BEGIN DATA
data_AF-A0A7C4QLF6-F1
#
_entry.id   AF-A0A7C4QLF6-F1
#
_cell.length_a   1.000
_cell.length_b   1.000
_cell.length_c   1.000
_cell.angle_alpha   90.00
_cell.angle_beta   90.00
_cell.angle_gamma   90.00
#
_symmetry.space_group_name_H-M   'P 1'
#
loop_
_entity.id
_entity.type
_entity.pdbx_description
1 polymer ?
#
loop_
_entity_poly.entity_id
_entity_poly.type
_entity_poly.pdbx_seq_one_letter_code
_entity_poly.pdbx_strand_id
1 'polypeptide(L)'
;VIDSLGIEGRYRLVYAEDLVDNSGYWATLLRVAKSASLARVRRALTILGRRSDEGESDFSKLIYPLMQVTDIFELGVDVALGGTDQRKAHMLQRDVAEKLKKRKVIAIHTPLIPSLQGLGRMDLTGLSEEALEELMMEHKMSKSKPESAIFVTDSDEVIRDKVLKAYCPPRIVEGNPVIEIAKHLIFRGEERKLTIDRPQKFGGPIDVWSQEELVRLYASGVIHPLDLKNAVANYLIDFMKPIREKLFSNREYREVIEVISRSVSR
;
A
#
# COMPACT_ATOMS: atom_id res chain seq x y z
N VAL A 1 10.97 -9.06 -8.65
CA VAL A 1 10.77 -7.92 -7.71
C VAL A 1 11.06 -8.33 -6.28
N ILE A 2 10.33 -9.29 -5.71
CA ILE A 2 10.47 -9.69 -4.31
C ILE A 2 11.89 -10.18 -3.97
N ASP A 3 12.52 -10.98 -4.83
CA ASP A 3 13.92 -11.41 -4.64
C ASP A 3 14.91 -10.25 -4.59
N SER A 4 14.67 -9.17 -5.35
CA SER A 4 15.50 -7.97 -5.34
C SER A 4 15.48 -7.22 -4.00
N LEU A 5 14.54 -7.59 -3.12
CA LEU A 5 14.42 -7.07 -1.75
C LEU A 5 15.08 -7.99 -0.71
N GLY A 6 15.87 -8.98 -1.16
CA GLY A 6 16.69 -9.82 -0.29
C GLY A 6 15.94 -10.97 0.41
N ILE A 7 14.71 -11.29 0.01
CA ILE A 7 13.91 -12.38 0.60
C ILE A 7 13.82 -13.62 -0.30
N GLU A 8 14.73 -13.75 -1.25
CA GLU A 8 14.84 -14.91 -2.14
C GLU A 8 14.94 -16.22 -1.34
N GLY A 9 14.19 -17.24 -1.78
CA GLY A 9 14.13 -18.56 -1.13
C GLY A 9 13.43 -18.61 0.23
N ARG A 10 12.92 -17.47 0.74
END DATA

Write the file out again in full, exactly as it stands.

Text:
data_AF-A0A7C4QLF6-F1
#
_entry.id   AF-A0A7C4QLF6-F1
#
_cell.length_a   1.000
_cell.length_b   1.000
_cell.length_c   1.000
_cell.angle_alpha   90.00
_cell.angle_beta   90.00
_cell.angle_gamma   90.00
#
_symmetry.space_group_name_H-M   'P 1'
#
loop_
_entity.id
_entity.type
_entity.pdbx_description
1 polymer ?
#
loop_
_entity_poly.entity_id
_entity_poly.type
_entity_poly.pdbx_seq_one_letter_code
_entity_poly.pdbx_strand_id
1 'polypeptide(L)'
;VIDSLGIEGRYRLVYAEDLVDNSGYWATLLRVAKSASLARVRRALTILGRRSDEGESDFSKLIYPLMQVTDIFELGVDVALGGTDQRKAHMLQRDVAEKLKKRKVIAIHTPLIPSLQGLGRMDLTGLSEEALEELMMEHKMSKSKPESAIFVTDSDEVIRDKVLKAYCPPRIVEGNPVIEIAKHLIFRGEERKLTIDRPQKFGGPIDVWSQEELVRLYASGVIHPLDLKNAVANYLIDFMKPIREKLFSNREYREVIEVISRSVSR
;
A
#
# COMPACT_ATOMS: atom_id res chain seq x y z
N VAL A 1 10.97 -9.06 -8.65
CA VAL A 1 10.77 -7.92 -7.71
C VAL A 1 11.06 -8.33 -6.28
N ILE A 2 10.33 -9.29 -5.71
CA ILE A 2 10.47 -9.69 -4.31
C ILE A 2 11.89 -10.18 -3.97
N ASP A 3 12.52 -10.98 -4.83
CA ASP A 3 13.92 -11.41 -4.64
C ASP A 3 14.91 -10.25 -4.59
N SER A 4 14.67 -9.17 -5.35
CA SER A 4 15.50 -7.97 -5.34
C SER A 4 15.48 -7.22 -4.00
N LEU A 5 14.54 -7.59 -3.12
CA LEU A 5 14.42 -7.07 -1.75
C LEU A 5 15.08 -7.99 -0.71
N GLY A 6 15.87 -8.98 -1.16
CA GLY A 6 16.69 -9.82 -0.29
C GLY A 6 15.94 -10.97 0.41
N ILE A 7 14.71 -11.29 0.01
CA ILE A 7 13.91 -12.38 0.60
C ILE A 7 13.82 -13.62 -0.30
N GLU A 8 14.73 -13.75 -1.25
CA GLU A 8 14.84 -14.91 -2.14
C GLU A 8 14.94 -16.22 -1.34
N GLY A 9 14.19 -17.24 -1.78
CA GLY A 9 14.13 -18.56 -1.13
C GLY A 9 13.43 -18.61 0.23
N ARG A 10 12.92 -17.47 0.74